All but three of the pod of stranded pilot whales that swam too close to shore at St. Simons Island, Georgia, made it back to the sea alive.
Georgia Beachgoers Help Rescue Pod of Stranded Pilot Whales
A beach on St. Simons Island, Georgia, became the scene of a dramatic rescue operation on Tuesday, after up to 50 pilot whales swam into dangerously shallow waters. Beachgoers who had been enjoying pleasant evening sprang into action, dousing the pilot whales with water and pushing them deeper into the ocean, despite shark sightings in the area. — reported EcoWatch
Experts still investigating why the animals rushed to shore in “exceedingly rare” event
They’re going to die if they don’t get help," McCoy can be heard saying in the 15-minute video. "All these whales have been washed up to shore and there’s already been one whale that’s been attacked by a shark. It is so sad."
The rescue effort worked paid off, as only three of the beached whales perished, according to a statement from the Georgia Department of Natural Resources (DNR). And, unbeknown to the volunteers, their strategy was exactly right.
"While stranding is a known natural occurrence, the only thing we can do is to continue pushing them out to sea," said Clay George, a biologist for Georgia’s DNR.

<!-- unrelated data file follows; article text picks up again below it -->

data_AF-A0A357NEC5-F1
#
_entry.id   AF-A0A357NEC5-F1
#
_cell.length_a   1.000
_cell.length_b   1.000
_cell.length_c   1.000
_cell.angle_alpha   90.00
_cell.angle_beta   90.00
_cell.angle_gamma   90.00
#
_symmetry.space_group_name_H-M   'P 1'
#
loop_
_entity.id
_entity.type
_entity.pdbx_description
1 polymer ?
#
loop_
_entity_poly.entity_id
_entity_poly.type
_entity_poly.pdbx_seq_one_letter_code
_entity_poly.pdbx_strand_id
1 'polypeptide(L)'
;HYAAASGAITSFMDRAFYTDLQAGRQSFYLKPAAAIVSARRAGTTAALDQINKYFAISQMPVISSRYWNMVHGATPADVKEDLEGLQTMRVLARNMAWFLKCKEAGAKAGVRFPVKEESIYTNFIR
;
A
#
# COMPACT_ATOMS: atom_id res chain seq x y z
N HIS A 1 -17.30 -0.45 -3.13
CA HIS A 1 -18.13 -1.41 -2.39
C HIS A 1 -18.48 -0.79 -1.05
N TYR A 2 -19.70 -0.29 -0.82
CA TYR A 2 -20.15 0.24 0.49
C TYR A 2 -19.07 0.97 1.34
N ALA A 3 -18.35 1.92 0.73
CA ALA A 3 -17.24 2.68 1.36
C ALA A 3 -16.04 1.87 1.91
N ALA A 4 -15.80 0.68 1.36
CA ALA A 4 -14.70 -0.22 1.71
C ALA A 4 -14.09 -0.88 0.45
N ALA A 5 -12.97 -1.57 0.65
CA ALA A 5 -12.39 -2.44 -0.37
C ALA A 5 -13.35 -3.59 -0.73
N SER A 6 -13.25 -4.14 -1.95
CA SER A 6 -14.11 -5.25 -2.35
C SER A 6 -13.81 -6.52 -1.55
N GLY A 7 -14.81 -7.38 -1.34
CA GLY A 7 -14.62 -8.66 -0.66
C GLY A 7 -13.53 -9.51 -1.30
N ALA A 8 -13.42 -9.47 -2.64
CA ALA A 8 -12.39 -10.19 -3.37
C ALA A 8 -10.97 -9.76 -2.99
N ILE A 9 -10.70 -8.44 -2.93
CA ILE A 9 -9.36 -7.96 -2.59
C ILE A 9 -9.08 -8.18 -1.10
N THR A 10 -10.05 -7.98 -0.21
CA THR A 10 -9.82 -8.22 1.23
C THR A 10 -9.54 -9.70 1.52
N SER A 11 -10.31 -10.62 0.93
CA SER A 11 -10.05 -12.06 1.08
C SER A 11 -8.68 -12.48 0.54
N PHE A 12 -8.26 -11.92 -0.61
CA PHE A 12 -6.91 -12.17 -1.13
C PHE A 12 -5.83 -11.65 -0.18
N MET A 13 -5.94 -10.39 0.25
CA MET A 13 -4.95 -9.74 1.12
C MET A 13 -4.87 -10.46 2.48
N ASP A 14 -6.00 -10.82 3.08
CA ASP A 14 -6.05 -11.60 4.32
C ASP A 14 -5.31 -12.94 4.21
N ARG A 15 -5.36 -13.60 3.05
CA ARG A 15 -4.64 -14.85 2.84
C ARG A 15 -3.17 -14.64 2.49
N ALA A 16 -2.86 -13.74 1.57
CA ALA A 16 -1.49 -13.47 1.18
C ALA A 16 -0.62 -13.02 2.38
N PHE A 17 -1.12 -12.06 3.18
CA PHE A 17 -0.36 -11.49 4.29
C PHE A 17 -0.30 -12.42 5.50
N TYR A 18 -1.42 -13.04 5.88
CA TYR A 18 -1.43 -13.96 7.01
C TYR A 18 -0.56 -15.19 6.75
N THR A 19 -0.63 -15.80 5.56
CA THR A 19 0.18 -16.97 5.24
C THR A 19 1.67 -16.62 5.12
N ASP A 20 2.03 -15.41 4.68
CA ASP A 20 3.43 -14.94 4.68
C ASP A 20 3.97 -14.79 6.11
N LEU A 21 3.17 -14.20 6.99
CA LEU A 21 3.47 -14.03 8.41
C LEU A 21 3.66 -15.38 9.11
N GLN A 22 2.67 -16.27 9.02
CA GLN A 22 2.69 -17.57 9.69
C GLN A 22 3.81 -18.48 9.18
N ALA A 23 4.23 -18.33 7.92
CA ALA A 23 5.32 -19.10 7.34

Harbor pilots spotted a pod of more than 40 whales in the Brunswick shipping channel on Wednesday morning. Conservationists from the National Marine Mammal Foundation then monitored the whales from a boat to make sure they stayed in deep waters and far offshore, said DNR spokesman Rick Lavender, as USA Today reported.
Crews had also flown a helicopter above the area, which is about 90 miles south of Savannah, and determined no other whales were stranded.
Pilot whales are essentially large dolphins, and can grow to 24 feet in length and weigh 6,600 pounds (3000kg).
Speaking to reporters on Wednesday, Mr. George said they were still investigating why the animals rushed to shore, an event he called “exceedingly rare in Georgia.”
“We’re cautiously optimistic that the group dodged a bullet, and that they’re now on their way to deeper water,” added Mr. George.
In the necropsy of the three whales that didn’t make it, researchers will look for ingested plastic or evidence of plastic netting. They will also look for signs of an acoustic disturbance, like bombs or sonars, that could have caused one or more of the animals to swim toward land, as the New York Times reported.
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